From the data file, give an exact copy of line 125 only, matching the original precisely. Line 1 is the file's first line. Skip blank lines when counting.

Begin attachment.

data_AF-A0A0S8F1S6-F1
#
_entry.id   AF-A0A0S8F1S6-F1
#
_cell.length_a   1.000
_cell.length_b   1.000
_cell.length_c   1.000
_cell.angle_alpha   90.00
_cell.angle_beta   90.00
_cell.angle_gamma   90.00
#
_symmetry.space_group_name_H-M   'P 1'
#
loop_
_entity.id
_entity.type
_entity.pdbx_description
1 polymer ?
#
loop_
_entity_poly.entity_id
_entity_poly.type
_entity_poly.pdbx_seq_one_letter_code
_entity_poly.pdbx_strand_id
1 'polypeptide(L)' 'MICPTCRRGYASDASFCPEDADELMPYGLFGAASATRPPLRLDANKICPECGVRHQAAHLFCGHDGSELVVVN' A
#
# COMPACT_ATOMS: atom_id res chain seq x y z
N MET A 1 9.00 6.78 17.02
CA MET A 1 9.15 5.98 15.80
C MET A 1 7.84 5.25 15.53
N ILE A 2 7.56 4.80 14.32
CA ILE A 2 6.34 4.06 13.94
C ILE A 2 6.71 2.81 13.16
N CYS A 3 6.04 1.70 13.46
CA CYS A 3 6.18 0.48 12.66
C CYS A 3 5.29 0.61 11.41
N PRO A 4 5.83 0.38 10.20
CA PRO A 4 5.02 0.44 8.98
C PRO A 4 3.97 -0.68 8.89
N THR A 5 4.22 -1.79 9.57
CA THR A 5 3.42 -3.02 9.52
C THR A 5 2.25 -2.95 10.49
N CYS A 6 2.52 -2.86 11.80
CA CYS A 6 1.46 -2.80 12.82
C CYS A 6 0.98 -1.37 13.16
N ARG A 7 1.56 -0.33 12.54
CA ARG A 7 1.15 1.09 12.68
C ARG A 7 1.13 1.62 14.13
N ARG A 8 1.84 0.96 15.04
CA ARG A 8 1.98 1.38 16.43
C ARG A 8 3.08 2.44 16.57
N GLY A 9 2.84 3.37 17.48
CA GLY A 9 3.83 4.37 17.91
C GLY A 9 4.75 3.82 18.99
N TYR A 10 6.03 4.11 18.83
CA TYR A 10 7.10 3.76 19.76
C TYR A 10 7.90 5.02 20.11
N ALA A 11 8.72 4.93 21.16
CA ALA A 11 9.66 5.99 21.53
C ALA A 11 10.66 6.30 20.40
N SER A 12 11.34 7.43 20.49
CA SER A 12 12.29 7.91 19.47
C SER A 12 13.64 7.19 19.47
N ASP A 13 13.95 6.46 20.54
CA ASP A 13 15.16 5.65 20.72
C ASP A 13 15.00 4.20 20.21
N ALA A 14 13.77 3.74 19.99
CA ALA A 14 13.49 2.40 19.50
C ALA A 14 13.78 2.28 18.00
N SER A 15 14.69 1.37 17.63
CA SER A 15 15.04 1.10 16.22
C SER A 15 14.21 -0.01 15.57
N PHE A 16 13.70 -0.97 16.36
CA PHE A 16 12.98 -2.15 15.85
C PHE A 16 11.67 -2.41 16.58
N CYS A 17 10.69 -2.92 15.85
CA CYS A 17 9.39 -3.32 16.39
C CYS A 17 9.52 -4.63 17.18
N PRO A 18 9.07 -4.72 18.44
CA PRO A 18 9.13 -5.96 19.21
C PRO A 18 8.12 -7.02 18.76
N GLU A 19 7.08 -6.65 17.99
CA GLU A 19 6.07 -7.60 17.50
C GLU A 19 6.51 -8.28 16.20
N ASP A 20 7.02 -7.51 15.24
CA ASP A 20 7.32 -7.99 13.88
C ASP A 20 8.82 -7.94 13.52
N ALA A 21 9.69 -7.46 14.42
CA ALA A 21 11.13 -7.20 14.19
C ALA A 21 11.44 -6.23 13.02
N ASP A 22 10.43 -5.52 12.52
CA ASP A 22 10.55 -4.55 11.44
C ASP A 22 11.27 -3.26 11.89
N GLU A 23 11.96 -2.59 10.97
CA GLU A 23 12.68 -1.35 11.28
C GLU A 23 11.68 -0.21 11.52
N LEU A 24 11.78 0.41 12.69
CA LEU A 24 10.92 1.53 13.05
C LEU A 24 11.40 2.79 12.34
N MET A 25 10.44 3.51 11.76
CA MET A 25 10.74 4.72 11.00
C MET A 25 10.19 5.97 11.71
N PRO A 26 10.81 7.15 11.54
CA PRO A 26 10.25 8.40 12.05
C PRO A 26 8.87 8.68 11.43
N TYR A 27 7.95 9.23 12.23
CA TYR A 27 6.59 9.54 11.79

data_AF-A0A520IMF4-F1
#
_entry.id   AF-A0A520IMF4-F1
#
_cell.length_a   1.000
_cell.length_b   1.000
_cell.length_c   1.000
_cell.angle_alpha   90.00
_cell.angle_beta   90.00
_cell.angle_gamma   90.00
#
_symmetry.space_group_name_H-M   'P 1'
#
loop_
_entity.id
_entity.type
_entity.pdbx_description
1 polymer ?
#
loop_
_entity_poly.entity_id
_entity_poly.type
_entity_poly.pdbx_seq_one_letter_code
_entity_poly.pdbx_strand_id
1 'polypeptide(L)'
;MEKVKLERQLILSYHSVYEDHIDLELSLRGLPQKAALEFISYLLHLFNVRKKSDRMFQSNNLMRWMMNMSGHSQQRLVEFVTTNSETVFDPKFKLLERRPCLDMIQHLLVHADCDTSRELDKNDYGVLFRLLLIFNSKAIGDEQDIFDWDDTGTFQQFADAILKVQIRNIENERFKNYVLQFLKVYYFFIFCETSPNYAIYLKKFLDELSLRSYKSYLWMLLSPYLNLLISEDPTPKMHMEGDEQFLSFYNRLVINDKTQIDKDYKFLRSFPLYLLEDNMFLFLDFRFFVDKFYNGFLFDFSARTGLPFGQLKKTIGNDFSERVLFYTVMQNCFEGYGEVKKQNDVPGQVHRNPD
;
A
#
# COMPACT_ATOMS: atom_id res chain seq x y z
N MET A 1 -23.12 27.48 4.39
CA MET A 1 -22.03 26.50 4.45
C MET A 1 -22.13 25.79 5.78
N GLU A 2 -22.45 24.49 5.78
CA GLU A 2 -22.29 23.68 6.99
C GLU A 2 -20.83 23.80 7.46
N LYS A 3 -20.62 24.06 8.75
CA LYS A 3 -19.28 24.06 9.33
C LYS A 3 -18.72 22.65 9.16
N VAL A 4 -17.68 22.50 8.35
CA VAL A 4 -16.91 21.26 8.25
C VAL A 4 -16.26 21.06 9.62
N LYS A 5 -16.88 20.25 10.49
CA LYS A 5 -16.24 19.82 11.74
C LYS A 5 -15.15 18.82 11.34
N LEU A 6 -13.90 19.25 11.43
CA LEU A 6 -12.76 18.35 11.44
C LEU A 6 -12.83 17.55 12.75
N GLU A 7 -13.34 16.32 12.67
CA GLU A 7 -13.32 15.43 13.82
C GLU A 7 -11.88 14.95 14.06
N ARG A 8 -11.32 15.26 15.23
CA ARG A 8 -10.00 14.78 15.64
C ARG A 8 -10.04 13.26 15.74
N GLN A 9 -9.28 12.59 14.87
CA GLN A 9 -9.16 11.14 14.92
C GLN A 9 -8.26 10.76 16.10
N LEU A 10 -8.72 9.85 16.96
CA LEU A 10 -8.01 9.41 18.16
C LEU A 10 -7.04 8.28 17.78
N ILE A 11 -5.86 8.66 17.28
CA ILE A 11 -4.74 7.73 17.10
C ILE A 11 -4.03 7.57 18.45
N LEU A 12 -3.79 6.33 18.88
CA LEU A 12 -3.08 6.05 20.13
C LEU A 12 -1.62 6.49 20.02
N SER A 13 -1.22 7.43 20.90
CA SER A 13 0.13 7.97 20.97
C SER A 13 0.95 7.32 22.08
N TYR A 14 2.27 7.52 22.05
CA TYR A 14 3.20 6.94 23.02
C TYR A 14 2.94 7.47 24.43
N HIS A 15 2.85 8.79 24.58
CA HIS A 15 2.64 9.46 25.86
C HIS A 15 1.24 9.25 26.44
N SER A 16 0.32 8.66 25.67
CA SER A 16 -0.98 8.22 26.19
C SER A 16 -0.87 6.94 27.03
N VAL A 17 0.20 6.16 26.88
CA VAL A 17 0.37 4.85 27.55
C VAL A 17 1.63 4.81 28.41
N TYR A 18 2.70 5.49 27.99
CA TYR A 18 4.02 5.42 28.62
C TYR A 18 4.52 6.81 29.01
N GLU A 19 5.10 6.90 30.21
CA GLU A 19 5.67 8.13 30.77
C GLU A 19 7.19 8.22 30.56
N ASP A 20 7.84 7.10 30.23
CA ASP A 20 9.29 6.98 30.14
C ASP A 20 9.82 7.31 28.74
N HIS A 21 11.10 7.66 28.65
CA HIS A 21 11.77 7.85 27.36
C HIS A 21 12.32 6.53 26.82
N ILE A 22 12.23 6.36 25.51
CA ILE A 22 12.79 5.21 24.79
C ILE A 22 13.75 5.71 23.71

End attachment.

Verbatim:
1 polymer ?